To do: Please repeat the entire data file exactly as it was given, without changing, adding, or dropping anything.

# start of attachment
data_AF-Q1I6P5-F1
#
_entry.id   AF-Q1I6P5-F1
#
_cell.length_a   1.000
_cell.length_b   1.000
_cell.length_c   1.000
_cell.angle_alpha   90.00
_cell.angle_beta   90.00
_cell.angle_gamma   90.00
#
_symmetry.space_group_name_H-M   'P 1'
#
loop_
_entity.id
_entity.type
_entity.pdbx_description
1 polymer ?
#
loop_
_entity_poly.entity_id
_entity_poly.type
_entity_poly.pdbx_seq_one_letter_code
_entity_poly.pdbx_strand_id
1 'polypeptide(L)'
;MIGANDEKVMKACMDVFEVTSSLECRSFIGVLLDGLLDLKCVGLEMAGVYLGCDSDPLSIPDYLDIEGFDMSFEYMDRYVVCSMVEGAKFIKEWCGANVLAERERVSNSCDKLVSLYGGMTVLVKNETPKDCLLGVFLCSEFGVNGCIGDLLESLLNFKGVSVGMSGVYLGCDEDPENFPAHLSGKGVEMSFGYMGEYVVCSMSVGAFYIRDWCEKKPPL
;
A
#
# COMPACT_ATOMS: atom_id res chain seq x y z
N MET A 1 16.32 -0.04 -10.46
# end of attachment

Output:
data_AF-Q1I6P5-F1
#
_entry.id   AF-Q1I6P5-F1
#
_cell.length_a   1.000
_cell.length_b   1.000
_cell.length_c   1.000
_cell.angle_alpha   90.00
_cell.angle_beta   90.00
_cell.angle_gamma   90.00
#
_symmetry.space_group_name_H-M   'P 1'
#
loop_
_entity.id
_entity.type
_entity.pdbx_description
1 polymer ?
#
loop_
_entity_poly.entity_id
_entity_poly.type
_entity_poly.pdbx_seq_one_letter_code
_entity_poly.pdbx_strand_id
1 'polypeptide(L)'
;MIGANDEKVMKACMDVFEVTSSLECRSFIGVLLDGLLDLKCVGLEMAGVYLGCDSDPLSIPDYLDIEGFDMSFEYMDRYVVCSMVEGAKFIKEWCGANVLAERERVSNSCDKLVSLYGGMTVLVKNETPKDCLLGVFLCSEFGVNGCIGDLLESLLNFKGVSVGMSGVYLGCDEDPENFPAHLSGKGVEMSFGYMGEYVVCSMSVGAFYIRDWCEKKPPL
;
A
#
# COMPACT_ATOMS: atom_id res chain seq x y z
N MET A 1 16.32 -0.04 -10.46